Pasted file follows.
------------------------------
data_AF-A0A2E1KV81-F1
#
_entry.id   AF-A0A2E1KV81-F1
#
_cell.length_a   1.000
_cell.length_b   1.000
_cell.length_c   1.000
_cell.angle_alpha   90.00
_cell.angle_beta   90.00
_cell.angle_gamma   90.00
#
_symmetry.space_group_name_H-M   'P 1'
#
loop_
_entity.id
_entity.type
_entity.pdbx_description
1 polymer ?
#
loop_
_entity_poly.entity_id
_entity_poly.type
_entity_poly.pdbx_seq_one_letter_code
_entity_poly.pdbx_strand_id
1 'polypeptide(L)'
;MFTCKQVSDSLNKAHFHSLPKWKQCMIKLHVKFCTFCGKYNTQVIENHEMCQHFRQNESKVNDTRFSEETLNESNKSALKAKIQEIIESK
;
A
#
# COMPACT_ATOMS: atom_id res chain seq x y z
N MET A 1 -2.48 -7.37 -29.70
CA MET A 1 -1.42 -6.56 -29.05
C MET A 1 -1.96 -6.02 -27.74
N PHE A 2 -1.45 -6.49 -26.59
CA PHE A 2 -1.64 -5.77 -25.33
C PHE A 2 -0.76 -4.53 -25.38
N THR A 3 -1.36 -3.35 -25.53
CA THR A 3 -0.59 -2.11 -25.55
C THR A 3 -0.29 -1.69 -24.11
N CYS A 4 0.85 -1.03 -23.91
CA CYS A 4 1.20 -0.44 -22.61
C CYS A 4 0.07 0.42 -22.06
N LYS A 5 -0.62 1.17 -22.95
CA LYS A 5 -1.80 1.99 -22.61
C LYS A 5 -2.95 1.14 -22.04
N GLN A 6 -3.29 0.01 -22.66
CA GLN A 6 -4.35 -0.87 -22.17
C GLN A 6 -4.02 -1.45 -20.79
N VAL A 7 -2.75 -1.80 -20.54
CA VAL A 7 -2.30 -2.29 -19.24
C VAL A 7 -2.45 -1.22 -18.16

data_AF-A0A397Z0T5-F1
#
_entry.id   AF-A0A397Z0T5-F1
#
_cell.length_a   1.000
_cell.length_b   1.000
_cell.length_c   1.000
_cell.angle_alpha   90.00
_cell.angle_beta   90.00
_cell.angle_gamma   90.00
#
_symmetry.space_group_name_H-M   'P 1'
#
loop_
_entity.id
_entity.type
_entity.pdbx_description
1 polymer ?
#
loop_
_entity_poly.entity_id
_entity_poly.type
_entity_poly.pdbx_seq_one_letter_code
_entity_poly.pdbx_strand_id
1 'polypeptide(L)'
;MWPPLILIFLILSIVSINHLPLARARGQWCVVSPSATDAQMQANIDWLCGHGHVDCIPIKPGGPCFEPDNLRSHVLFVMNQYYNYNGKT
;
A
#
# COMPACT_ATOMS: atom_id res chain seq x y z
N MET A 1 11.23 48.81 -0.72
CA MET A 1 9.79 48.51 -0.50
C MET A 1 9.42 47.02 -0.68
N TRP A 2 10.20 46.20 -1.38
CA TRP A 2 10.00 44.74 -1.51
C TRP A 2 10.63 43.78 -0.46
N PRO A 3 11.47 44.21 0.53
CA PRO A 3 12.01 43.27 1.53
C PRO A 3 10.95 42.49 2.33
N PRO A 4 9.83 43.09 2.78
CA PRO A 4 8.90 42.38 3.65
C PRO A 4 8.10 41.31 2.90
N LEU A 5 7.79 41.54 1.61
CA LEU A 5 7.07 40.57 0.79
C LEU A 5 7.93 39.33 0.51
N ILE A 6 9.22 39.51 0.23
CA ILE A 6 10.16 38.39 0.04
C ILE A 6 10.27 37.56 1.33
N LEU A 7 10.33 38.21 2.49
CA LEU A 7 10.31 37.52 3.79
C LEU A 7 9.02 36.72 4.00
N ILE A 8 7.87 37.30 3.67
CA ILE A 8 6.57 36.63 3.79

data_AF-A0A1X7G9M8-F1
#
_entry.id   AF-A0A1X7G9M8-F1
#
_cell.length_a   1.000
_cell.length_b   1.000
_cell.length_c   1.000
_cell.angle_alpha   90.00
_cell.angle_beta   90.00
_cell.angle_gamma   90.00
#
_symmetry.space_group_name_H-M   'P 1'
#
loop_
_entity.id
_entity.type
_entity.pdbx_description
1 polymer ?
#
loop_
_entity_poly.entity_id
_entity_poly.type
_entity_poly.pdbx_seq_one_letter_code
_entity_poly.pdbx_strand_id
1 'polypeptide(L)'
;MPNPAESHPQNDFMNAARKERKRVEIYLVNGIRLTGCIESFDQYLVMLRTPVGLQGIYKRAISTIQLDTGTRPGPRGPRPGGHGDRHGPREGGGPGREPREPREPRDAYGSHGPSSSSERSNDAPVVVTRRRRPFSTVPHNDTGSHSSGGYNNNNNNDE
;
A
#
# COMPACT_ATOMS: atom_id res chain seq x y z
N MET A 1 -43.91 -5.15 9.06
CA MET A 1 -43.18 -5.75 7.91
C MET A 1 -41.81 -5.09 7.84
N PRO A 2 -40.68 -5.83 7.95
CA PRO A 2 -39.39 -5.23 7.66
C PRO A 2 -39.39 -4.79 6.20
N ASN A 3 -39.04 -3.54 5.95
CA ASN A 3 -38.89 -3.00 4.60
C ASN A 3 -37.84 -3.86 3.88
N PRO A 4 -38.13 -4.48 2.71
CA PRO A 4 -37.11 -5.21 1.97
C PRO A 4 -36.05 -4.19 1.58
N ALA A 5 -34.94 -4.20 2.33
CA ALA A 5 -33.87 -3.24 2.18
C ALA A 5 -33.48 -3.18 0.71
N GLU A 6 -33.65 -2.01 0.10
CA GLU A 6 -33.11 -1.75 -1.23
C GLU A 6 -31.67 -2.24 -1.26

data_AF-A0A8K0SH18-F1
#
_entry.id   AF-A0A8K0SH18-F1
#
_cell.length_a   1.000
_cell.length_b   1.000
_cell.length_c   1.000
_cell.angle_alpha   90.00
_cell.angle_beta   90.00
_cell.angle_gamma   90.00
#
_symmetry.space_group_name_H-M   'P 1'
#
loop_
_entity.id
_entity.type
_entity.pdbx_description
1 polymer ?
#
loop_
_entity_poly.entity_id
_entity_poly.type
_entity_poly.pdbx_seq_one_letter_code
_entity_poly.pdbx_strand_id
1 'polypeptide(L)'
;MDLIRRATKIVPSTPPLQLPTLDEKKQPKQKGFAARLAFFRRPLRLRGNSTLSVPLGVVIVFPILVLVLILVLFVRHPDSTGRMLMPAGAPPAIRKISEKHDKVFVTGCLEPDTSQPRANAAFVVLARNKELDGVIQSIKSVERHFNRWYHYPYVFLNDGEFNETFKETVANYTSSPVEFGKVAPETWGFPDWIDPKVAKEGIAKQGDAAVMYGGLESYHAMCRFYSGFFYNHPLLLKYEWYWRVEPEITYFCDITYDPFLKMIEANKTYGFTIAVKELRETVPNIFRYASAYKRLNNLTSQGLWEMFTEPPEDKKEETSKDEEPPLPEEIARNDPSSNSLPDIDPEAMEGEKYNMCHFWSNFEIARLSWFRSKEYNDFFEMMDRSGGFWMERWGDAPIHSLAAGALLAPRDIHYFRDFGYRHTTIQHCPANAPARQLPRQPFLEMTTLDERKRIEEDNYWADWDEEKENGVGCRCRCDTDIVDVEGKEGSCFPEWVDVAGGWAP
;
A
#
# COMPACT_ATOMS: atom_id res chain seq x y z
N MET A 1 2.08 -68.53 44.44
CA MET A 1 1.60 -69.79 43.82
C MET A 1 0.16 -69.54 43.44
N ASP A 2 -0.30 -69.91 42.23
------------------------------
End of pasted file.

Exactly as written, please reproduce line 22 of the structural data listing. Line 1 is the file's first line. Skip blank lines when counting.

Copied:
_entity_poly.type